— What's somewhat interesting about Clay's projections for the Colts' running backs in 2017 is that he has all three of them playing 15 games, and not 16, during the upcoming season (all other players are projected to play 16). So, one might say that Gore's numbers seem pretty realistic, and if he gets in another game, he could very well be looking at another 1,000-yard season. At 34 years old, though, Clay believes Gore will see his carries decrease in 2017 by more than 11 percent from last year's total, giving more opportunities to guys like Turbin and Mack.
— Speaking of Turbin, Clay has him going at about his career rushing average (3.9 yards per carry) in 2017, with a 36 percent increase in the number of carries from 2016 to 2017. That seems fair. Turbin could very well have much better stats in 2017, but these projections aren't necessarily going to predict that.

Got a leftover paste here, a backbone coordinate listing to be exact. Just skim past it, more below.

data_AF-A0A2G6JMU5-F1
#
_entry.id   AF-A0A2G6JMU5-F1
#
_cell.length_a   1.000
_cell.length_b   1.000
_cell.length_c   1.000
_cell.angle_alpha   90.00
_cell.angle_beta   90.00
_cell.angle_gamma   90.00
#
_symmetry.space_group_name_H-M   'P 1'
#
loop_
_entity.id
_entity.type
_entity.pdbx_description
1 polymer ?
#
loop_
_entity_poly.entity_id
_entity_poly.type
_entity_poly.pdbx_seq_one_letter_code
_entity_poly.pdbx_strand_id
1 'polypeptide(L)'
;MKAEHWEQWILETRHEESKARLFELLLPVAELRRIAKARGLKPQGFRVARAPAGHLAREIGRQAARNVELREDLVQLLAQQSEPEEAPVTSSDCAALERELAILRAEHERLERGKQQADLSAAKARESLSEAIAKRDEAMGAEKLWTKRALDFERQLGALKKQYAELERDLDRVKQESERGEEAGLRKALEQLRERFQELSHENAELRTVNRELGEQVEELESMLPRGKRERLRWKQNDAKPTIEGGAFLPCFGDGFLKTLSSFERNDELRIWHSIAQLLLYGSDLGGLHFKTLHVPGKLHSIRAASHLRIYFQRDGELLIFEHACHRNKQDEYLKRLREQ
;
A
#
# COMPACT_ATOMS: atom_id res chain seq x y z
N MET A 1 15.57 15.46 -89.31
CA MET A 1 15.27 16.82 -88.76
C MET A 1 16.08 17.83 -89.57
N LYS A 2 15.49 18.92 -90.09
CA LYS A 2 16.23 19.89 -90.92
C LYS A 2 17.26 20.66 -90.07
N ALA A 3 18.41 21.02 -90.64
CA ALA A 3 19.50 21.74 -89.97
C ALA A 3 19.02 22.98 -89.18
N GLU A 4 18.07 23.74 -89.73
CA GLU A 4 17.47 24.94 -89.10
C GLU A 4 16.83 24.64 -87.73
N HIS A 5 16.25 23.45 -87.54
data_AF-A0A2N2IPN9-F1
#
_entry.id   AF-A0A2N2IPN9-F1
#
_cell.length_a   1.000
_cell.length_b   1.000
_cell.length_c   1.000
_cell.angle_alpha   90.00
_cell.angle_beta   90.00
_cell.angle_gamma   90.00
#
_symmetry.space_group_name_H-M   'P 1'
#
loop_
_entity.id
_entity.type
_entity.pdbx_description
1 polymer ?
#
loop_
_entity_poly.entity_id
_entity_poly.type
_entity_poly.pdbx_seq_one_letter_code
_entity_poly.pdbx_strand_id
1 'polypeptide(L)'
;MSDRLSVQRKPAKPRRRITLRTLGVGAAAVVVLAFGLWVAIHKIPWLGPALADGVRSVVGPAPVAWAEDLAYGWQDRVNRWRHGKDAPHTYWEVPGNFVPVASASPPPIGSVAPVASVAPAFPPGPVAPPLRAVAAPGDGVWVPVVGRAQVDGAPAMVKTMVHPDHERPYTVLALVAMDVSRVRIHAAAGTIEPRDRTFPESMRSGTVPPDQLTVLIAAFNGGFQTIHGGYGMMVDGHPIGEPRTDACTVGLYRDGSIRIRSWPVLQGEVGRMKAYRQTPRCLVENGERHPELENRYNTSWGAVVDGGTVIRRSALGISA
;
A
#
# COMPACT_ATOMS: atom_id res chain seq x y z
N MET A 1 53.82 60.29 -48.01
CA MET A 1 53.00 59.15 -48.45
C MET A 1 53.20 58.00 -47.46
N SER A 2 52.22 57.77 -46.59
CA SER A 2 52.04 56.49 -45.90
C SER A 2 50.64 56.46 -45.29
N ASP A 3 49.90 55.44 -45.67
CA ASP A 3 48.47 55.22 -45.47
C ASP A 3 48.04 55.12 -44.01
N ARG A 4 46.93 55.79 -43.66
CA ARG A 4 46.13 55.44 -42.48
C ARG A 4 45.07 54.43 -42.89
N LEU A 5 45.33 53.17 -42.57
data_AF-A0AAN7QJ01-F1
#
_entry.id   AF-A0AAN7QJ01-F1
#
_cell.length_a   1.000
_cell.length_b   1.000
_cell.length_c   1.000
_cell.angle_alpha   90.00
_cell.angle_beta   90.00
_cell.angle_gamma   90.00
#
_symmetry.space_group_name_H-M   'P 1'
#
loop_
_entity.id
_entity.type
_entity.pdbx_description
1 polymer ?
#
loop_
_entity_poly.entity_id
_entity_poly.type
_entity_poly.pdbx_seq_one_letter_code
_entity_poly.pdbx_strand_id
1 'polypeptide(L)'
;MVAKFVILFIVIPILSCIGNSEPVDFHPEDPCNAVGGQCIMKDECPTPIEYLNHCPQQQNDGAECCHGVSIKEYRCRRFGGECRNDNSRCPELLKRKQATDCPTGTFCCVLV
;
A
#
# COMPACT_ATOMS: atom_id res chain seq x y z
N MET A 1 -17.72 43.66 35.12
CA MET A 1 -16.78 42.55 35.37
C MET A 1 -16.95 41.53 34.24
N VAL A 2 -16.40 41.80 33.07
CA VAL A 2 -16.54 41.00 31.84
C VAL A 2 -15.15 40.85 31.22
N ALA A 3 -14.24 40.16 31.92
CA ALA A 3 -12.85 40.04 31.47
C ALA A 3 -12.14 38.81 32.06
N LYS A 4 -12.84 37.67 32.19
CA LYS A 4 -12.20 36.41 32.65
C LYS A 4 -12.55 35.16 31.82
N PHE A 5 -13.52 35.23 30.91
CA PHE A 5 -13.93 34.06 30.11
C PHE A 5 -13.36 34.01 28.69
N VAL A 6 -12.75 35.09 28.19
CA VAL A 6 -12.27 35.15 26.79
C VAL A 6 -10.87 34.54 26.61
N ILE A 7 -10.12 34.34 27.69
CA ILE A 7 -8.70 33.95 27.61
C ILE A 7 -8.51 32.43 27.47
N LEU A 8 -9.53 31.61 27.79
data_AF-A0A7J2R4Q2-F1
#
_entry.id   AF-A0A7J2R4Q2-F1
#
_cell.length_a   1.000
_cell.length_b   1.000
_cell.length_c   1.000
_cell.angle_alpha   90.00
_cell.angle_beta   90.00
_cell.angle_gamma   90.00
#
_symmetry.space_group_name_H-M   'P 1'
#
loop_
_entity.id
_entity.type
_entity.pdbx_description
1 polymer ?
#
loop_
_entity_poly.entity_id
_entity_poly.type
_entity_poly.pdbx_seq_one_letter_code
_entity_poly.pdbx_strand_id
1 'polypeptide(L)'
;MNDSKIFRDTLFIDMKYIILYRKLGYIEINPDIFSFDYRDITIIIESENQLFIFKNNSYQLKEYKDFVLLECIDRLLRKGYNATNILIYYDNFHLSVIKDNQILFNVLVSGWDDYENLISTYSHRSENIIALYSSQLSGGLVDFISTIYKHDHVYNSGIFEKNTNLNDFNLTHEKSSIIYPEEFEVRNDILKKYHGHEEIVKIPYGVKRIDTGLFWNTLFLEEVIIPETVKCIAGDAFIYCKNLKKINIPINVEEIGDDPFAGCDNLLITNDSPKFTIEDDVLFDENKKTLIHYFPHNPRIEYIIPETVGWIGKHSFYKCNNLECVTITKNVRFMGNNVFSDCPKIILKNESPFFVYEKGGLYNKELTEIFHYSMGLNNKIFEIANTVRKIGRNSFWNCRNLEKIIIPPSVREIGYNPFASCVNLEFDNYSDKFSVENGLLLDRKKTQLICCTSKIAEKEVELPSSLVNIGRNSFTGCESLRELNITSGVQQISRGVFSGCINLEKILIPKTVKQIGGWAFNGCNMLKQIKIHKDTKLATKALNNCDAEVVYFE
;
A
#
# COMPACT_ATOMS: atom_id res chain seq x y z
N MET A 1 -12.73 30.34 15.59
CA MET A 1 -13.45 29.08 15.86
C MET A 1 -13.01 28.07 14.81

— The wild card, of course, is Mack, the rookie running back taken in the fourth round in this year's NFL Draft. His projected numbers don't look flashy at all, but first-year backs respond to NFL roles in many different ways. If he's a fast learner, he could bypass these projections by the fifth week of the season; but if it takes him some time to get adjusted, then who knows?——————
Wide receivers/tight ends:
• T.Y. Hilton: 84 receptions for 1,310 yards and seven touchdowns.
• Donte Moncrief: 69 receptions for 798 yards and seven touchdowns.
• Jacoby Brissett: 27 receptions for 361 yards and two touchdowns.
• Kamar Aiken: 21 receptions for 255 yards and two touchdowns.
• Chester Rogers: 7 receptions for 89 yards and one touchdown.
• Jack Doyle: 63 receptions for 616 yards and six touchdowns.
• Mo Alie-Cox: 23 receptions for 320 yards and two touchdowns.
— So, just another top-of-the-line year is apparently coming for Hilton, who led the NFL in receiving yards in 2016 with 1,448, but with Moncrief fully healthy, Clay sees that number dropping slightly in 2017. Keep this in mind, though: 1,310 yards would've still ranked Hilton fifth in the league last year, so there's nothing wrong with that.
— And, as for Moncrief, this projection seems about in line with his career trajectory — when he can stay on the field. Injuries have hampered him the past couple seasons, but he's been productive when he does find his way onto the turf.